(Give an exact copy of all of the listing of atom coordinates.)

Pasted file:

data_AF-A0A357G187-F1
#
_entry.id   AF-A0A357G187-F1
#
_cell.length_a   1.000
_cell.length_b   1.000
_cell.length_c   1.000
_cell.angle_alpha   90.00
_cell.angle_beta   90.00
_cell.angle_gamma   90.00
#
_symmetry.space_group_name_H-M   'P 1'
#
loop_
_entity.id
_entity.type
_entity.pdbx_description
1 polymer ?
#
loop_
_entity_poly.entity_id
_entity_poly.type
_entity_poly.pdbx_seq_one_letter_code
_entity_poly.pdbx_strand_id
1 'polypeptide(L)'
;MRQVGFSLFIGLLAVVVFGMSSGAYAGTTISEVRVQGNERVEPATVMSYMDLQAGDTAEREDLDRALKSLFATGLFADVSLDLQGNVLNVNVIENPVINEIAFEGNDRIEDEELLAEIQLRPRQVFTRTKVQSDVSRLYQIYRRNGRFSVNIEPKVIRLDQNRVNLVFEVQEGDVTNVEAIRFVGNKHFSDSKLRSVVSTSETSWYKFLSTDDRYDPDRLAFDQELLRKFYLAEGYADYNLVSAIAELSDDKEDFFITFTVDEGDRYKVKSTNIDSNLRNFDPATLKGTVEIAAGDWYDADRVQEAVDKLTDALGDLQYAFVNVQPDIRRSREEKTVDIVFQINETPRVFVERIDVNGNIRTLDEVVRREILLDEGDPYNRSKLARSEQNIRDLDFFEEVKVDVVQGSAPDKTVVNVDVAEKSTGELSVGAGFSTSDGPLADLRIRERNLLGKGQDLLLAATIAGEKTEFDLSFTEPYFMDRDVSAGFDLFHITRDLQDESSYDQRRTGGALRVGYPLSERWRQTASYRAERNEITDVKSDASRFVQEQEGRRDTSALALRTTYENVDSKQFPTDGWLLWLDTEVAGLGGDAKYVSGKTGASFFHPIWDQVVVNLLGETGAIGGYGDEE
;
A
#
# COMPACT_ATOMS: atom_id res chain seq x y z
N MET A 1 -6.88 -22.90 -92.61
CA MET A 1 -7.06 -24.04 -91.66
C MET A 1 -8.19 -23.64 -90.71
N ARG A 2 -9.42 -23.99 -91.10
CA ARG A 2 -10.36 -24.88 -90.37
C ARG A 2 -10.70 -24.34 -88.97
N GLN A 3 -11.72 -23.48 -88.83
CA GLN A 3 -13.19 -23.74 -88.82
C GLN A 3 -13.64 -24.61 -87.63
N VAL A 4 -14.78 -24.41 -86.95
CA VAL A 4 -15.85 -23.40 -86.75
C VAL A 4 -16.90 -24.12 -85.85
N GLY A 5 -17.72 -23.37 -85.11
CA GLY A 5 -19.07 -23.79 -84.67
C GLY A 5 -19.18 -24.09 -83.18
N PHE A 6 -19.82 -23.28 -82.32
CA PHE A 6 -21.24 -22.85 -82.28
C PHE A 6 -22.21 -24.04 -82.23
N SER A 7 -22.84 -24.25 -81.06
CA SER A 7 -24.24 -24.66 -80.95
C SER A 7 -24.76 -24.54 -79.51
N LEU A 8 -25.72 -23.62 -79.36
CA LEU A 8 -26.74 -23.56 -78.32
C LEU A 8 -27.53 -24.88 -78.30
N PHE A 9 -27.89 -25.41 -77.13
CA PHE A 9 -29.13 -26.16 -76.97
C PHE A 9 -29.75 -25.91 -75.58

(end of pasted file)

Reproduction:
data_AF-A0A357G187-F1
#
_entry.id   AF-A0A357G187-F1
#
_cell.length_a   1.000
_cell.length_b   1.000
_cell.length_c   1.000
_cell.angle_alpha   90.00
_cell.angle_beta   90.00
_cell.angle_gamma   90.00
#
_symmetry.space_group_name_H-M   'P 1'
#
loop_
_entity.id
_entity.type
_entity.pdbx_description
1 polymer ?
#
loop_
_entity_poly.entity_id
_entity_poly.type
_entity_poly.pdbx_seq_one_letter_code
_entity_poly.pdbx_strand_id
1 'polypeptide(L)'
;MRQVGFSLFIGLLAVVVFGMSSGAYAGTTISEVRVQGNERVEPATVMSYMDLQAGDTAEREDLDRALKSLFATGLFADVSLDLQGNVLNVNVIENPVINEIAFEGNDRIEDEELLAEIQLRPRQVFTRTKVQSDVSRLYQIYRRNGRFSVNIEPKVIRLDQNRVNLVFEVQEGDVTNVEAIRFVGNKHFSDSKLRSVVSTSETSWYKFLSTDDRYDPDRLAFDQELLRKFYLAEGYADYNLVSAIAELSDDKEDFFITFTVDEGDRYKVKSTNIDSNLRNFDPATLKGTVEIAAGDWYDADRVQEAVDKLTDALGDLQYAFVNVQPDIRRSREEKTVDIVFQINETPRVFVERIDVNGNIRTLDEVVRREILLDEGDPYNRSKLARSEQNIRDLDFFEEVKVDVVQGSAPDKTVVNVDVAEKSTGELSVGAGFSTSDGPLADLRIRERNLLGKGQDLLLAATIAGEKTEFDLSFTEPYFMDRDVSAGFDLFHITRDLQDESSYDQRRTGGALRVGYPLSERWRQTASYRAERNEITDVKSDASRFVQEQEGRRDTSALALRTTYENVDSKQFPTDGWLLWLDTEVAGLGGDAKYVSGKTGASFFHPIWDQVVVNLLGETGAIGGYGDEE
;
A
#
# COMPACT_ATOMS: atom_id res chain seq x y z
N MET A 1 -6.88 -22.90 -92.61
CA MET A 1 -7.06 -24.04 -91.66
C MET A 1 -8.19 -23.64 -90.71
N ARG A 2 -9.42 -23.99 -91.10
CA ARG A 2 -10.36 -24.88 -90.37
C ARG A 2 -10.70 -24.34 -88.97
N GLN A 3 -11.72 -23.48 -88.83
CA GLN A 3 -13.19 -23.74 -88.82
C GLN A 3 -13.64 -24.61 -87.63
N VAL A 4 -14.78 -24.41 -86.95
CA VAL A 4 -15.85 -23.40 -86.75
C VAL A 4 -16.90 -24.12 -85.85
N GLY A 5 -17.72 -23.37 -85.11
CA GLY A 5 -19.07 -23.79 -84.67
C GLY A 5 -19.18 -24.09 -83.18
N PHE A 6 -19.82 -23.28 -82.32
CA PHE A 6 -21.24 -22.85 -82.28
C PHE A 6 -22.21 -24.04 -82.23
N SER A 7 -22.84 -24.25 -81.06
CA SER A 7 -24.24 -24.66 -80.95
C SER A 7 -24.76 -24.54 -79.51
N LEU A 8 -25.72 -23.62 -79.36
CA LEU A 8 -26.74 -23.56 -78.32
C LEU A 8 -27.53 -24.88 -78.30
N PHE A 9 -27.89 -25.41 -77.13
CA PHE A 9 -29.13 -26.16 -76.97
C PHE A 9 -29.75 -25.91 -75.58